Good hygiene is always important for our cats, and regular brushing is part of that process. In the summer months, grooming your cat can be even more beneficial as it helps to eliminate any extra hair that could be keeping your cat too warm. So when the temperature outside starts to rise, increase the frequency of grooming sessions.

4. Get a cooling mat

One of the best investments you can make for your cat during hot summer months is to buy them a cooling mat. Whether placed on the floor or on their bed, a cooling mat is a great way to keep your kitty cool all summer long. The Omlet Cooling Mat is a great option as it doesn’t require electricity or refrigeration to work – just the body heat from your cat will activate the cooling effects. You can rest assured that your cat will rest comfortably on one of these mats.

Which cats are more susceptible to heat?

Too much heat isn’t good for any cat, but there are certain breeds or conditions that are more susceptible to higher temperatures. So while you should be vigilant to keep your cat comfortably cool in summer, here are a few cats to be extra vigilant around.

  • Exotic Shorthair: These easygoing and affectionate cats make wonderful indoor companions. They love a good snuggle and are super easy to please. But they also have very short noses, making them much more vulnerable to heat and high temperatures. So best to keep these cats where they love to be on hot summer days – inside and cooled.
  • Persians: This breed gives new meaning to the phrase, “chilled out”. If given the chance to play about or lay around, they’ll likely choose the latter. Persians are very affectionate cats that are also very hairy. And it’s their long hair, coupled with their lack of desired exercise that makes them much more prone to issues with higher temperatures. So if you have a Persian, let them do what they do best in the summer months – chill out!
  • Seniors and kittens: These two age groups are important to watch when it gets hotter outside because of how their bodies react to higher temperatures. With kittens, their bodies are still growing so their ability to regulate internal body temperatures is not as robust as an adult cat. Likewise, senior cats can often experience a weaker immune system with age, making them susceptible to high heat as well.
  • Medical conditions: If your feline friend has any type of breathing problem, such as asthma or bronchitis, they’re more likely to have problems with hot temperatures. Always check with your veterinarian if your cat has a specific medical condition to get advice on how best to help them in hotter months.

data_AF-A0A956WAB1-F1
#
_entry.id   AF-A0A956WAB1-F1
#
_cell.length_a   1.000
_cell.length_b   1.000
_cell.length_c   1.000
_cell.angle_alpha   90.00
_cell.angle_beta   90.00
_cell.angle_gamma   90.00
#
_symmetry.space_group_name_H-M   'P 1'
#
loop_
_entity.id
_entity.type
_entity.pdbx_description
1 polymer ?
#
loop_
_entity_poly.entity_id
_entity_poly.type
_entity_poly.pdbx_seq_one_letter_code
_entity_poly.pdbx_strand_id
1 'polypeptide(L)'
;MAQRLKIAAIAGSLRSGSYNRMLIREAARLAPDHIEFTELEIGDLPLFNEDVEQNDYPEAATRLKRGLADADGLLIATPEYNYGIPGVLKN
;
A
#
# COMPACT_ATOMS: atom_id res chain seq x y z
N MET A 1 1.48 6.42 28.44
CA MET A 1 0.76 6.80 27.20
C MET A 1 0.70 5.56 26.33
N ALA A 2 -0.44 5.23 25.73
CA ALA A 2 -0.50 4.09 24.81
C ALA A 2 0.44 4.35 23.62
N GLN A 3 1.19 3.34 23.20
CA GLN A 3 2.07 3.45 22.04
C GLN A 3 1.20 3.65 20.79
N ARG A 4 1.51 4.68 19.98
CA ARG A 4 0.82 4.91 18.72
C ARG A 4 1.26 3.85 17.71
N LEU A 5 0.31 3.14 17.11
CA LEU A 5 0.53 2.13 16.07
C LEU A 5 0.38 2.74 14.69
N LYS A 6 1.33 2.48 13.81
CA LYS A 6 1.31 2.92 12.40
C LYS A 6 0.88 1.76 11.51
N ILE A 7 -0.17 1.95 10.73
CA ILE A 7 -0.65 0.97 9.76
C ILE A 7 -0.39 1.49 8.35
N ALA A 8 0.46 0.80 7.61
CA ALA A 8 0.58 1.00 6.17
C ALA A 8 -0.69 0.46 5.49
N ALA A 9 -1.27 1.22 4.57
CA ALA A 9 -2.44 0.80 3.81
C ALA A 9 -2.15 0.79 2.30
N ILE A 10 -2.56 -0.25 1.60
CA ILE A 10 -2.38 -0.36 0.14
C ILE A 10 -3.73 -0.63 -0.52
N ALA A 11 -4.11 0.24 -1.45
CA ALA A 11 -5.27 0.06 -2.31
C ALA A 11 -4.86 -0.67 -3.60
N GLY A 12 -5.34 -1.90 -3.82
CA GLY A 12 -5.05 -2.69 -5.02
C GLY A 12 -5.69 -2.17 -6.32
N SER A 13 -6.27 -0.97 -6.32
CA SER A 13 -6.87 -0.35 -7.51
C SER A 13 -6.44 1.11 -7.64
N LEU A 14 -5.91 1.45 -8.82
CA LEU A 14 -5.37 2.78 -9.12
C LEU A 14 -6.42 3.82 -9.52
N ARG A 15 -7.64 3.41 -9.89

How to avoid a hot cat in the first place

Many of the ways you can avoid heat exhaustion with your cat seem obvious but sometimes the most obvious actions are not always taken, so it’s best to remember these few important tips:

Don’t leave your cat in a hot car

This should go without saying, but a good reminder nonetheless that hot cars and cats don’t mix. Even on days that might seem mildly warm and when your car is parked in the shade, it is still too hot for your cat. So if you have to travel with your furry friend, be sure to take them with you wherever you go so they can stay cool.

Keep plenty of fresh water around your house

A hydrated cat is a happy cat – especially in hot weather. So when it’s hot outside, remember to place a few more bowls of water throughout the house for your cat to drink a lot.

Close the blinds

Cats love to lounge around and, often, it’s in the warm glow of the sun rays that flow through your windows. However, these sun rays are magnified in heat during the summer months, making a bask in the warm glow feel like a sweat session in a sauna. When the temperatures outside start to rise, increase the cooling effects inside by closing your blinds, curtains, and shades. Don’t worry – your cat will find another suitable place to lounge.

Even though our feline friends are famous for seeking spots to sunbathe, the truth is that too much heat is not good for them. While you can’t control the heat and humidity outside, you can certainly control how it feels inside. So when summer starts to turn up the heat, set your indoor temperatures to cool and make sure your cat is comfortable with Omlet’s cat bowls, and their very own cat cooling mat.

Cat on Omlet cat shelves with a glass of milk

This entry was posted in Cats